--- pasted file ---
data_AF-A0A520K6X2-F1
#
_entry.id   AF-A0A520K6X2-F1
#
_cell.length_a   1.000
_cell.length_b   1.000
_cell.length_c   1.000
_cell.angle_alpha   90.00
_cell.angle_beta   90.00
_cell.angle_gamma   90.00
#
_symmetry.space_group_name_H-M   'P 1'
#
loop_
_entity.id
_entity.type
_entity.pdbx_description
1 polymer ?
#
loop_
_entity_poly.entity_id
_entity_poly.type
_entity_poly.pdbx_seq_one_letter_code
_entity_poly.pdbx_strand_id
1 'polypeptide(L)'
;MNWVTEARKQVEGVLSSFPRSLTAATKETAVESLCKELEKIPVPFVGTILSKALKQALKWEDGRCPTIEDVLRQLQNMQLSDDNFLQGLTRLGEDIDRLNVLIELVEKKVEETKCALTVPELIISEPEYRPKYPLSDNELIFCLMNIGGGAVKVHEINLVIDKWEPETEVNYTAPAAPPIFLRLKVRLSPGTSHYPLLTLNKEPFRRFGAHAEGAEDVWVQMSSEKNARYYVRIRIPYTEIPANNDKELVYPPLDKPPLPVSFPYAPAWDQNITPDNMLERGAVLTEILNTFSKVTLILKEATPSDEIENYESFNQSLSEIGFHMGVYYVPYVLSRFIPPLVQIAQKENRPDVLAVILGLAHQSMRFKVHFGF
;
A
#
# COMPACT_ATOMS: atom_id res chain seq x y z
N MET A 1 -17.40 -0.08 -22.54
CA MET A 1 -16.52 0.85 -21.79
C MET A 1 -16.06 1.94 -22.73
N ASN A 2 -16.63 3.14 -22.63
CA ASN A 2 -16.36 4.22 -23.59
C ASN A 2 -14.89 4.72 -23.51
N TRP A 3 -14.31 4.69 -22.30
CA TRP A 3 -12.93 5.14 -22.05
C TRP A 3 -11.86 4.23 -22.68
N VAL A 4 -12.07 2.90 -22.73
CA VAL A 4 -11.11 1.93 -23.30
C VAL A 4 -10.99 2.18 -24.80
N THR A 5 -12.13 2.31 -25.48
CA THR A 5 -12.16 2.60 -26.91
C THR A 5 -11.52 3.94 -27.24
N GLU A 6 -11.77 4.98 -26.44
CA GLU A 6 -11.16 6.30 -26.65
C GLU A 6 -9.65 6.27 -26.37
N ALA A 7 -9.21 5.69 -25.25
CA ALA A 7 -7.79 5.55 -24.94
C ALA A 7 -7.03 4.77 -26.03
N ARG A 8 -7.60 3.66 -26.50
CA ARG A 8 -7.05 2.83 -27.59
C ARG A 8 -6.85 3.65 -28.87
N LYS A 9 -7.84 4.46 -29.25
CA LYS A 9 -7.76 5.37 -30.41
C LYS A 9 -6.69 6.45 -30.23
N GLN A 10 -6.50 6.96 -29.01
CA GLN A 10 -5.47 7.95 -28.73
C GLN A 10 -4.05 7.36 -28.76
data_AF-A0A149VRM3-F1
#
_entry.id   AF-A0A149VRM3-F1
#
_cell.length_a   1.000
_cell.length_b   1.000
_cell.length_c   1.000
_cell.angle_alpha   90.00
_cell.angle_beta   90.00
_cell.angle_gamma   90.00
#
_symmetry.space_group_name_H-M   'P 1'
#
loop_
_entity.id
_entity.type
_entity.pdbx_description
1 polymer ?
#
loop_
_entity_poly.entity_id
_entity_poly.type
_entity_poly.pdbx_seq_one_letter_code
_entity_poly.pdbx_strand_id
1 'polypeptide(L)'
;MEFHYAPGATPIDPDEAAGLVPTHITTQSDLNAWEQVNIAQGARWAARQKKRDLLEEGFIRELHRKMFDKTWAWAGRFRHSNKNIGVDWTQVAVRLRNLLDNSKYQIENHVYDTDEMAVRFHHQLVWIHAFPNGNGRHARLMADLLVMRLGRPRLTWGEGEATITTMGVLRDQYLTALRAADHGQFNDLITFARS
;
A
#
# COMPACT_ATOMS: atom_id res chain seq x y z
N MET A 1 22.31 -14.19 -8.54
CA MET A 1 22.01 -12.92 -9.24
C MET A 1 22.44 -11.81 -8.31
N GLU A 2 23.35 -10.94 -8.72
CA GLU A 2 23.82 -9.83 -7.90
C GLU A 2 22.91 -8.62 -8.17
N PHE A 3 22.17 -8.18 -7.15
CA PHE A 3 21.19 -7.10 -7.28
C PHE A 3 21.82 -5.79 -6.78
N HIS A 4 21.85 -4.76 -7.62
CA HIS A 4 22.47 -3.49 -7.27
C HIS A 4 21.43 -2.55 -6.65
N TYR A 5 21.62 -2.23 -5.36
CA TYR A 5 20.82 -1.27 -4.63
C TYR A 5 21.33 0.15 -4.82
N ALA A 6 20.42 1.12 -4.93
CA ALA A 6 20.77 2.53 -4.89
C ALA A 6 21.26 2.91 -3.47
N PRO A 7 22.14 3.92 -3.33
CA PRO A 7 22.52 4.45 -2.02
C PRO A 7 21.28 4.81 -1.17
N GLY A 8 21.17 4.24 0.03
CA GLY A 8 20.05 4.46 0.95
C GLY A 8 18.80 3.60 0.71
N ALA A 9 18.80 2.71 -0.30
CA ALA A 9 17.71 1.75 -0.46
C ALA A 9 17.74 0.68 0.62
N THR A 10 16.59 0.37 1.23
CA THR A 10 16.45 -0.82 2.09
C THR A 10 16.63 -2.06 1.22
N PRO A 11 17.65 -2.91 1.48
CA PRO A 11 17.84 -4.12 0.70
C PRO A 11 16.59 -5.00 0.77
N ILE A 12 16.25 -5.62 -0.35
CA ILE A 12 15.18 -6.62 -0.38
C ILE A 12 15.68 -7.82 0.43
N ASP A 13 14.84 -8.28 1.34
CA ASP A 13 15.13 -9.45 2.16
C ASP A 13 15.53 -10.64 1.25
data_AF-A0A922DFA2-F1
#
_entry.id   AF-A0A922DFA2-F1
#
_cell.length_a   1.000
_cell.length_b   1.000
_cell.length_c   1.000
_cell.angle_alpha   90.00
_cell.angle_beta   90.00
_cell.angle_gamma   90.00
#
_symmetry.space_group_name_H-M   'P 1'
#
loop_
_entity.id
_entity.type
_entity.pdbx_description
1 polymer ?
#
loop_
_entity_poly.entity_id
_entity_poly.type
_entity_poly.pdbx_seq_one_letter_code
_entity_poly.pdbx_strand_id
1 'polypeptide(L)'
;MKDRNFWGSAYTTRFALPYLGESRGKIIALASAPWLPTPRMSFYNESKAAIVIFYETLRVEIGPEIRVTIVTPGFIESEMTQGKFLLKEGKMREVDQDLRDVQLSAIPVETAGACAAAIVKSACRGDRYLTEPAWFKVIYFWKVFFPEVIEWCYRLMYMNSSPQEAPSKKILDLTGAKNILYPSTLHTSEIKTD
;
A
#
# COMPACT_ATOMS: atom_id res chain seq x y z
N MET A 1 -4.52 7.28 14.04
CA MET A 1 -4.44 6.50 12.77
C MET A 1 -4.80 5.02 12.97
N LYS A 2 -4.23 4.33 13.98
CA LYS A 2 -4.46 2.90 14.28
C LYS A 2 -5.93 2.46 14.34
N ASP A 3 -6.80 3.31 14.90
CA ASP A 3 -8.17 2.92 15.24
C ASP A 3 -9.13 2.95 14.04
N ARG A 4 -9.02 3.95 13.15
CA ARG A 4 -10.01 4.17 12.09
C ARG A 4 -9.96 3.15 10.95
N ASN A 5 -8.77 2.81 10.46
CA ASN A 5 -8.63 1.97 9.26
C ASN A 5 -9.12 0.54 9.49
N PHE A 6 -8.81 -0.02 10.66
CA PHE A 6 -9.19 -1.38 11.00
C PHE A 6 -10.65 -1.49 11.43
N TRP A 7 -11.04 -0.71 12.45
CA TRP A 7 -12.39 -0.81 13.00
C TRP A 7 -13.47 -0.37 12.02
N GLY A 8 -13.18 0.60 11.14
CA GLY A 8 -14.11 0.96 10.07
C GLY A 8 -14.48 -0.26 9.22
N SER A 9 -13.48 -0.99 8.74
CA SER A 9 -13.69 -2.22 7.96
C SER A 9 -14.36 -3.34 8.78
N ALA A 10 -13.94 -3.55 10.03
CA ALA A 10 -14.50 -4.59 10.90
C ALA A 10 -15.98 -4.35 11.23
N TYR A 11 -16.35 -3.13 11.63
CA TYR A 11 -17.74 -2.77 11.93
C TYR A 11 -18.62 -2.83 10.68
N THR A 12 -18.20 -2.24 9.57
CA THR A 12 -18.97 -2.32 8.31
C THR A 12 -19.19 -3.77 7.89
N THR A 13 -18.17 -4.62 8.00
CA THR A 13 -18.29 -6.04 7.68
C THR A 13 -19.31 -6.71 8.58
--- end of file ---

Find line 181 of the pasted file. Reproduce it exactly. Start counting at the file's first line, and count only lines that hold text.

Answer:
N GLY A 8 -13.18 0.60 11.14